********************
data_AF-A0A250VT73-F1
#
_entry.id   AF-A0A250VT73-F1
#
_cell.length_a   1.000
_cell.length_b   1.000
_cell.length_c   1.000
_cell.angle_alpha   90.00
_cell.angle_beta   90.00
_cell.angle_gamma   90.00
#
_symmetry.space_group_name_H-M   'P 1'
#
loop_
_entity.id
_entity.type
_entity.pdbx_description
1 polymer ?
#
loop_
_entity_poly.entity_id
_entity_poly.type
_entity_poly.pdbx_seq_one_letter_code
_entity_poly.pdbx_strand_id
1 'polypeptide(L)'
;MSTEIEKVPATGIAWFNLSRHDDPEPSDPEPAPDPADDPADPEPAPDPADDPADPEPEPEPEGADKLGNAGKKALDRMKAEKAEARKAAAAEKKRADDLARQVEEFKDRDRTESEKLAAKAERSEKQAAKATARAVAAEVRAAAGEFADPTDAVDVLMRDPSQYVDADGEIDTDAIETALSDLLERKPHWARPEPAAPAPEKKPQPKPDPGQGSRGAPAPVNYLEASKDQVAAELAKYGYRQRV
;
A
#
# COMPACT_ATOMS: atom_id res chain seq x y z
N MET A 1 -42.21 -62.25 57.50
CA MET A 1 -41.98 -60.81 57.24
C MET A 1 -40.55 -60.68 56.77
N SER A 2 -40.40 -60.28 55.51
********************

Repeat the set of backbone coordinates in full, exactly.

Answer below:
data_AF-A0A250VT73-F1
#
_entry.id   AF-A0A250VT73-F1
#
_cell.length_a   1.000
_cell.length_b   1.000
_cell.length_c   1.000
_cell.angle_alpha   90.00
_cell.angle_beta   90.00
_cell.angle_gamma   90.00
#
_symmetry.space_group_name_H-M   'P 1'
#
loop_
_entity.id
_entity.type
_entity.pdbx_description
1 polymer ?
#
loop_
_entity_poly.entity_id
_entity_poly.type
_entity_poly.pdbx_seq_one_letter_code
_entity_poly.pdbx_strand_id
1 'polypeptide(L)'
;MSTEIEKVPATGIAWFNLSRHDDPEPSDPEPAPDPADDPADPEPAPDPADDPADPEPEPEPEGADKLGNAGKKALDRMKAEKAEARKAAAAEKKRADDLARQVEEFKDRDRTESEKLAAKAERSEKQAAKATARAVAAEVRAAAGEFADPTDAVDVLMRDPSQYVDADGEIDTDAIETALSDLLERKPHWARPEPAAPAPEKKPQPKPDPGQGSRGAPAPVNYLEASKDQVAAELAKYGYRQRV
;
A
#
# COMPACT_ATOMS: atom_id res chain seq x y z
N MET A 1 -42.21 -62.25 57.50
CA MET A 1 -41.98 -60.81 57.24
C MET A 1 -40.55 -60.68 56.77
N SER A 2 -40.40 -60.28 55.51